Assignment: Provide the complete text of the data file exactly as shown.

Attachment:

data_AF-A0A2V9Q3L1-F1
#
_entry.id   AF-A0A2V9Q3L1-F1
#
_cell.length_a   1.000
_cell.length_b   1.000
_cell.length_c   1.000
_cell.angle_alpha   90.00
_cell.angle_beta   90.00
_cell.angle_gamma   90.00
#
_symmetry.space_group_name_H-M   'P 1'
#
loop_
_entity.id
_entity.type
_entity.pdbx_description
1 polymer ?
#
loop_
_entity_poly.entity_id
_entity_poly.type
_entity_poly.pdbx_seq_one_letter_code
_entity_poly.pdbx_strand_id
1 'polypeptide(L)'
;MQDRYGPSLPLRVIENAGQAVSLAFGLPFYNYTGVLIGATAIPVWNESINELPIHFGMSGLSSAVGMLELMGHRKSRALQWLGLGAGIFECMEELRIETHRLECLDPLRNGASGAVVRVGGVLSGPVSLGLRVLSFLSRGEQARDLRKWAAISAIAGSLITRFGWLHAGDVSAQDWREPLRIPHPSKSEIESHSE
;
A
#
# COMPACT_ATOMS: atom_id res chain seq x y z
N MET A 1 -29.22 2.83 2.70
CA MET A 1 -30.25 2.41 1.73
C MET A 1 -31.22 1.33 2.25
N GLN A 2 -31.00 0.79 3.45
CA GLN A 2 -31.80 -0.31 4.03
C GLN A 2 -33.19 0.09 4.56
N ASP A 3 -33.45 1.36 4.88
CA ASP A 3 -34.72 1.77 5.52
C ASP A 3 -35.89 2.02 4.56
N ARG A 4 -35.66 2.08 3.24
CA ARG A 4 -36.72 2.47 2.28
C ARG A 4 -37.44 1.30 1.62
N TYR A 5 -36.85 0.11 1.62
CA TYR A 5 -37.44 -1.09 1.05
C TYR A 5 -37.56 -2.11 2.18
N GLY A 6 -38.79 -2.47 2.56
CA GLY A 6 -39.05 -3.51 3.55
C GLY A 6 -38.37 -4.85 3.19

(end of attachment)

data_AF-A0A2V9Q3L1-F1
#
_entry.id   AF-A0A2V9Q3L1-F1
#
_cell.length_a   1.000
_cell.length_b   1.000
_cell.length_c   1.000
_cell.angle_alpha   90.00
_cell.angle_beta   90.00
_cell.angle_gamma   90.00
#
_symmetry.space_group_name_H-M   'P 1'
#
loop_
_entity.id
_entity.type
_entity.pdbx_description
1 polymer ?
#
loop_
_entity_poly.entity_id
_entity_poly.type
_entity_poly.pdbx_seq_one_letter_code
_entity_poly.pdbx_strand_id
1 'polypeptide(L)'
;MQDRYGPSLPLRVIENAGQAVSLAFGLPFYNYTGVLIGATAIPVWNESINELPIHFGMSGLSSAVGMLELMGHRKSRALQWLGLGAGIFECMEELRIETHRLECLDPLRNGASGAVVRVGGVLSGPVSLGLRVLSFLSRGEQARDLRKWAAISAIAGSLITRFGWLHAGDVSAQDWREPLRIPHPSKSEIESHSE
;
A
#
# COMPACT_ATOMS: atom_id res chain seq x y z
N MET A 1 -29.22 2.83 2.70
CA MET A 1 -30.25 2.41 1.73
C MET A 1 -31.22 1.33 2.25
N GLN A 2 -31.00 0.79 3.45
CA GLN A 2 -31.80 -0.31 4.03
C GLN A 2 -33.19 0.09 4.56
N ASP A 3 -33.45 1.36 4.88
CA ASP A 3 -34.72 1.77 5.52
C ASP A 3 -35.89 2.02 4.56
N ARG A 4 -35.66 2.08 3.24
CA ARG A 4 -36.72 2.47 2.28
C ARG A 4 -37.44 1.30 1.62
N TYR A 5 -36.85 0.11 1.62
CA TYR A 5 -37.44 -1.09 1.05
C TYR A 5 -37.56 -2.11 2.18
N GLY A 6 -38.79 -2.47 2.56
CA GLY A 6 -39.05 -3.51 3.55
C GLY A 6 -38.37 -4.85 3.19